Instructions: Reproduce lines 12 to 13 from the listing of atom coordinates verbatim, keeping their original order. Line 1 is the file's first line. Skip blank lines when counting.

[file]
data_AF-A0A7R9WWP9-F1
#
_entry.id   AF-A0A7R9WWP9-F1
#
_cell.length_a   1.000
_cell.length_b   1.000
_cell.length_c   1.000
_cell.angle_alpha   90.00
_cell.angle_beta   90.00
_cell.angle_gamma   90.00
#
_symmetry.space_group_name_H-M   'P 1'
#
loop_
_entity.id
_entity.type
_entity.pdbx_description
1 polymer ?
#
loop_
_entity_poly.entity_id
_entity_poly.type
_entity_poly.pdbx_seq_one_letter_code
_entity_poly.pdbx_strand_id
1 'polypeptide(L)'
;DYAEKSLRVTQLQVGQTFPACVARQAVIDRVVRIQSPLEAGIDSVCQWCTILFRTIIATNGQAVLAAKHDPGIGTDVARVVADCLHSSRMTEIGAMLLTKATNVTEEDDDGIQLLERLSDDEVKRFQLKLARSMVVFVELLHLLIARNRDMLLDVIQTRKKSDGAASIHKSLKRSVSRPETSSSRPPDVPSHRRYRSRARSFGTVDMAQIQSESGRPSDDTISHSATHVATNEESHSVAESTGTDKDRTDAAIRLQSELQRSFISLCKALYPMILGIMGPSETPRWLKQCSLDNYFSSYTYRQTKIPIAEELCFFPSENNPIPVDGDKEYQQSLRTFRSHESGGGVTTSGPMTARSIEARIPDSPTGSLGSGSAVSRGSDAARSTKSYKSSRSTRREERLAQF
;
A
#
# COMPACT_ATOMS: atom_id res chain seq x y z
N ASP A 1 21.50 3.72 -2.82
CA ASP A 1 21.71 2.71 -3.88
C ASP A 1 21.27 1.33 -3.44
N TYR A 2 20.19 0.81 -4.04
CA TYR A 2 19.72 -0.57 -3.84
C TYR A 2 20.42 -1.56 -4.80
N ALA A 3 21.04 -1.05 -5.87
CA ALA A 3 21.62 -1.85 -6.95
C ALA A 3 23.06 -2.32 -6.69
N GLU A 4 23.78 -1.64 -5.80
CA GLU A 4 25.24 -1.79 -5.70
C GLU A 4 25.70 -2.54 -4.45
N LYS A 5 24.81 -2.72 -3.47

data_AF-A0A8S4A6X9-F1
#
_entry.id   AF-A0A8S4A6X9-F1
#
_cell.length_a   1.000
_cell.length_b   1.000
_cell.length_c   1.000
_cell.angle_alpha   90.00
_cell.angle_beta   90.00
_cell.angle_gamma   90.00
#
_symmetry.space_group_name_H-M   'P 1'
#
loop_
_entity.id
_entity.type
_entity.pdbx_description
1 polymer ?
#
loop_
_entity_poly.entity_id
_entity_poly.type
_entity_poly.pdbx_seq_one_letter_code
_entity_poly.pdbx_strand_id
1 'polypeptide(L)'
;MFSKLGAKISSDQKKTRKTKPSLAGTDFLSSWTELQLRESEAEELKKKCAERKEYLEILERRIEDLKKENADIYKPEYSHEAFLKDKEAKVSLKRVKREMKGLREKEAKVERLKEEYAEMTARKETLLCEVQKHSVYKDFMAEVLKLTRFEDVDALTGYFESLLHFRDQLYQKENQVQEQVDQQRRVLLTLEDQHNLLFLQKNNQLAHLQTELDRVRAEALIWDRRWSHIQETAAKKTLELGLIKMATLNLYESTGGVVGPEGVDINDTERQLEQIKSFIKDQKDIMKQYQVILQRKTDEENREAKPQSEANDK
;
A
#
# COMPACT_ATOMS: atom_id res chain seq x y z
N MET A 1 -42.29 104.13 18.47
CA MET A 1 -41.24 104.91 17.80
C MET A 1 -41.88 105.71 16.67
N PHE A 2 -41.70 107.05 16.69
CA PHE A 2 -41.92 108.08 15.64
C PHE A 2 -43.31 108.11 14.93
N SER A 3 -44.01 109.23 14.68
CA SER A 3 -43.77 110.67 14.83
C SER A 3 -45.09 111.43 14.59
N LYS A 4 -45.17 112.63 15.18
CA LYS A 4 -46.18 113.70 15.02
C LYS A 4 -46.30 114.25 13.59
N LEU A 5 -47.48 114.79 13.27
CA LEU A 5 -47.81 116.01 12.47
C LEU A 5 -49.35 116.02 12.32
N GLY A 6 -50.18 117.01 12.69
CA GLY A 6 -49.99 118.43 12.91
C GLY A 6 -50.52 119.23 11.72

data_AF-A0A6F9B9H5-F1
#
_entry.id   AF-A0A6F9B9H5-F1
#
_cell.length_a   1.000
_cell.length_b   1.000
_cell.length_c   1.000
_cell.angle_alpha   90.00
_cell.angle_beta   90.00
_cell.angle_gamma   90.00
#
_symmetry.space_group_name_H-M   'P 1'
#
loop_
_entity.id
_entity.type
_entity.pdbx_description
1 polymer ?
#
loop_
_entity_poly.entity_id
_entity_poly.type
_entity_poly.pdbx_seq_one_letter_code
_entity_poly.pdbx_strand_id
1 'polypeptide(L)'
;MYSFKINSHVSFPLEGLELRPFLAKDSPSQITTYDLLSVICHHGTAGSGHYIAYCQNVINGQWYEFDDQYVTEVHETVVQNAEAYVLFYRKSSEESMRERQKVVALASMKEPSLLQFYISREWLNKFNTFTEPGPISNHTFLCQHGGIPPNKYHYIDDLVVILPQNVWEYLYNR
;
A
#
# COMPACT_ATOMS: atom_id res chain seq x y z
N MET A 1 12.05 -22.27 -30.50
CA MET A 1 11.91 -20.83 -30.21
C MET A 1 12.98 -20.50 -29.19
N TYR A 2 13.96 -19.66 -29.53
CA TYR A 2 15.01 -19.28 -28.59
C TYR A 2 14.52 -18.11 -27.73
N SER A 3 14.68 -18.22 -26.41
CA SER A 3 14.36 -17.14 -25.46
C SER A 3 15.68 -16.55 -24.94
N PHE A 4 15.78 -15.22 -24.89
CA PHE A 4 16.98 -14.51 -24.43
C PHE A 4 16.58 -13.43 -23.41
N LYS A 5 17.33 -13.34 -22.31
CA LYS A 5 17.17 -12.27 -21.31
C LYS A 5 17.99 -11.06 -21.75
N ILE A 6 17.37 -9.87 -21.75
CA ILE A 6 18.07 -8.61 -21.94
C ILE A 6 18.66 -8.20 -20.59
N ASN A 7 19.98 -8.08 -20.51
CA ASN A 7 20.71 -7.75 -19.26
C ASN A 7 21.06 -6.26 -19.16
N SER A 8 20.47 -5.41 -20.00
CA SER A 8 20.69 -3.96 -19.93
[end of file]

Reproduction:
_symmetry.space_group_name_H-M   'P 1'
#